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PETA ( People for the Ethical Treatment of Animals) - Research Paper Example

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PETA- People for the Ethical Treatment of Animals Name of the Student Subject Name of the Concerned Professor February 28, 2011 PETA- People for the Ethical Treatment of Animals Abstract Though witnessing the instances and scenes of cruelty and violence towards animals certainly move the heart of many at an objective level, yet, it was really quiet late that the notion of cruelty towards animals was recognized as a social problem at a subjective level (Macionis, 2010, p…
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PETA ( People for the Ethical Treatment of Animals)
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"PETA ( People for the Ethical Treatment of Animals)"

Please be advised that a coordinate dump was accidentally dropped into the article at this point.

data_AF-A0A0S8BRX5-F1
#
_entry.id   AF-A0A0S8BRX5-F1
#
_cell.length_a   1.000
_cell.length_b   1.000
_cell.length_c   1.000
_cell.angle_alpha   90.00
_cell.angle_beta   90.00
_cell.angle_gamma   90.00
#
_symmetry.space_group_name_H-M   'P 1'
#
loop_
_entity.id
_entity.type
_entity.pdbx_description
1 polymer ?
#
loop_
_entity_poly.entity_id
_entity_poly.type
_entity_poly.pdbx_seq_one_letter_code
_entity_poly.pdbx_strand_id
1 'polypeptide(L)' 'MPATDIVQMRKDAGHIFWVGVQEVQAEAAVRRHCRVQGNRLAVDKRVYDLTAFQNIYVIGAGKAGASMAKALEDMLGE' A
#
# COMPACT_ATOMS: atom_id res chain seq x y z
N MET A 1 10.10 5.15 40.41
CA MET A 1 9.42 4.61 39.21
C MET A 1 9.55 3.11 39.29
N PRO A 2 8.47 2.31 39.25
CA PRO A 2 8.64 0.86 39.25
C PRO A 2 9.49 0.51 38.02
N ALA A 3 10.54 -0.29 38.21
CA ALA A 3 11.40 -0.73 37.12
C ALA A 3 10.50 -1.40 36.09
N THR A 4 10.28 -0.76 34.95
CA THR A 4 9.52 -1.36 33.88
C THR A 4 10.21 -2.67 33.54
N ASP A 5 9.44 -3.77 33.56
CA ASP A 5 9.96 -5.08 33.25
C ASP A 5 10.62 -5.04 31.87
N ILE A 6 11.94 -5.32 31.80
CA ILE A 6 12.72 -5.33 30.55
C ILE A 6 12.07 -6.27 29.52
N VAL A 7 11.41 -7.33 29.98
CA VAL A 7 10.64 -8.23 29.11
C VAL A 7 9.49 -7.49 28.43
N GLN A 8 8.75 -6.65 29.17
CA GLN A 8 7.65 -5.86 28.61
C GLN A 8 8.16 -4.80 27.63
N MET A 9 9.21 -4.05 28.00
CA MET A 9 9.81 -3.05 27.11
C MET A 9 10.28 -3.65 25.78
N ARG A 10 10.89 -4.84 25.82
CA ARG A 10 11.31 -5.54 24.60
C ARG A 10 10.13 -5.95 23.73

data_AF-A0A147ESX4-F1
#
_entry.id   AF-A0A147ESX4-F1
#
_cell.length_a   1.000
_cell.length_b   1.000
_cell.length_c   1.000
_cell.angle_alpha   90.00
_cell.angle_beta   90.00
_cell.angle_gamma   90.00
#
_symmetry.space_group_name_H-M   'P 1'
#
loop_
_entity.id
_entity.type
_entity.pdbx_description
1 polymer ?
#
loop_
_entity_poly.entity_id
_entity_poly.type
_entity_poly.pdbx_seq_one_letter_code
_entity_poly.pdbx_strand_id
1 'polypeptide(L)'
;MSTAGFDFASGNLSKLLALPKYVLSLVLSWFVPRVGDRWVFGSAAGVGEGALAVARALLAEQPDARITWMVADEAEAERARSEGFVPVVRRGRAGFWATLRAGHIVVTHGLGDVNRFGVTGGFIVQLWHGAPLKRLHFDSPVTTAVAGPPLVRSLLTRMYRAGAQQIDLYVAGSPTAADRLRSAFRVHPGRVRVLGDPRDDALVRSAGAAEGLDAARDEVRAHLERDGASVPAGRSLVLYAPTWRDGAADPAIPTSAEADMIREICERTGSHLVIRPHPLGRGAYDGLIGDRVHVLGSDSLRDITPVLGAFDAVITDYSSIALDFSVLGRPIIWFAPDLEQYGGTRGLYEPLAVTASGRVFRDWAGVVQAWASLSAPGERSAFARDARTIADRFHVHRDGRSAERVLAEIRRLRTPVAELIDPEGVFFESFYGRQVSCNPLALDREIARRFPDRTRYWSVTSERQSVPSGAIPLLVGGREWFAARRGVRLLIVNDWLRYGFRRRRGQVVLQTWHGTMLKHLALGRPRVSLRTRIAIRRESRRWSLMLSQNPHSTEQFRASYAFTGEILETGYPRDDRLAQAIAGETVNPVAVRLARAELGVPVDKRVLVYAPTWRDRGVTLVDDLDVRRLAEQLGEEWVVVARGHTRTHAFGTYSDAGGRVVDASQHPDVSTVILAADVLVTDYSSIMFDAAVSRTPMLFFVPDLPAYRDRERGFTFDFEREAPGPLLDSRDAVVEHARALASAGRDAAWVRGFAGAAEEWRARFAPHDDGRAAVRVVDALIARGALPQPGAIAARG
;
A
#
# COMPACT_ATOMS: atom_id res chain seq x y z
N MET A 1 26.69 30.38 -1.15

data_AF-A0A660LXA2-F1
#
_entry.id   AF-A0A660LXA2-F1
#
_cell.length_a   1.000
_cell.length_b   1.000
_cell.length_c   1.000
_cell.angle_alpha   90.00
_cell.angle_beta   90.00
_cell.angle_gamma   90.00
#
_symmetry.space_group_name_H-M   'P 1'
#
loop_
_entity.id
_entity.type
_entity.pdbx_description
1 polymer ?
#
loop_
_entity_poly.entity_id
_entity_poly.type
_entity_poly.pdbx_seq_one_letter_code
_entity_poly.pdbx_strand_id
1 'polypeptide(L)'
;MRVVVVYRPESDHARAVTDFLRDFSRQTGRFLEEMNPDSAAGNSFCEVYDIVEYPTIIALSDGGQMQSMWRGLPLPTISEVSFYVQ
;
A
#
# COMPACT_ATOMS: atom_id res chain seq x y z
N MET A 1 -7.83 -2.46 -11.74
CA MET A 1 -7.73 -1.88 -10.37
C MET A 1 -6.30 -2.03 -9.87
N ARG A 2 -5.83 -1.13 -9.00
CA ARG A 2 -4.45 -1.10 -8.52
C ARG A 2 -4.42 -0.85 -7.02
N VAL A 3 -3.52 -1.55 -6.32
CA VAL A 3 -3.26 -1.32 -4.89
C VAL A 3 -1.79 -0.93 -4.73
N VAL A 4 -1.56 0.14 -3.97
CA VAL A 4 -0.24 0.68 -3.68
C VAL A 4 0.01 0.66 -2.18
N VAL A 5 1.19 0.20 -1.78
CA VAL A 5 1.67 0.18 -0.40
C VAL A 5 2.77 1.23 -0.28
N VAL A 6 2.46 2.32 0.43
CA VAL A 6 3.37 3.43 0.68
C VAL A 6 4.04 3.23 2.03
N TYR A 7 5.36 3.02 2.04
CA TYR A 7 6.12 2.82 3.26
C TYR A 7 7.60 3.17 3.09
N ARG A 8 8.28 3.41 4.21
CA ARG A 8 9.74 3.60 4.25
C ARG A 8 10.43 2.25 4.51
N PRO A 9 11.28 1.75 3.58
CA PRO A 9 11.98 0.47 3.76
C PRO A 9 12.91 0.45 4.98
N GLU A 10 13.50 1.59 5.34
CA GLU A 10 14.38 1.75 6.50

Download file to see previous pages PETA is often criticized for its radical and sometimes controversial approach towards social protest. Still even some of the avid detractors of PETA respect the validity and nobleness of its cause (Stevens, 2010). Introduction to People for the Ethical Treatment of Animals (PETA) People for the Ethical Treatment of Animals, popularly known as PETA, was founded in 1980, by the efforts and collaboration of two much experienced and dedicated animal rights activists, Ingrid Newkirk and Alex Pacheco. PETA is a not for profit organization with 300 salaried employees, backed by a committed pool of two million members and supporters, which includes some of the really famous celebrities and personalities (Stevens, 2010). PETA claims to be the biggest animal rights organization in the world. The motto of PETA is “animals are not ours to eat, wear, experiment, on or use for entertainment (PETA: Online). The core issues regarding the cruelty towards animals that PETA focuses on are, fighting against the exploitation of animals for entertainment (circuses, fishing, buying animals as pets from pet stores or companies, dog fighting, cock fighting, bull fighting, etc), using animals for carrying out scientific experiments and tests, fur farming and organized factory farming (Stevens, 2010, p. 6). Framing of the Animal Rights Issue by PETA The animal rights groups that existed before PETA were predominantly conservative, whose approach towards the issue was at the best, mild and reconciliatory. In 1981, just a couple of months after its conception, PETA brought the issue of animal rights to the forefront of American socio-political platform, by creating a controversy around the issue of cruelty inflicted on a group of macaque monkeys by the researchers at the Institute of Behavioral Research in Silver Spring, Maryland, leading to the first ever police raid on an animal laboratory in America, followed by an amendment in the Animal Welfare Act in 1985 (Macionis, 2010: Stevens, 2010). PETA, right from the start was well aware of the fact that the issue of cruelty towards animals was considered something not so important as to attract public attention, unless it is presented and highlighted with ample glitz, media coverage, drama and attention grabbing and disturbing visual content projecting cruelty on animals (Pace, 2005, p. 37). Considering the deluge of human problems facing the society, animal rights were not something that commanded a top priority on the public and political agenda. Thus, any approach towards challenging the existing status quo must need to have a SHOCK appeal. Therefore, every activity of PETA be it political lobbying, protests, media campaigns, undercover investigations, has this quintessential X factor that is unexceptionally always successful in grabbing public attention and jolting the mass conscience. This accompanied by a parallel strategy aimed at reaching out to and educating the people, pursuing a hot and cold approach towards the targeted corporations and pressurizing the corporate managements by becoming a stockholder (Tkac, 2006, p. 6). PETA is an animal rights group that has been both famous as well as notorious for its innovative, wacky, controversial, disturbing and nerdy approach towards framing, campaigning and protest. One big success of ...Download file to see next pagesRead More
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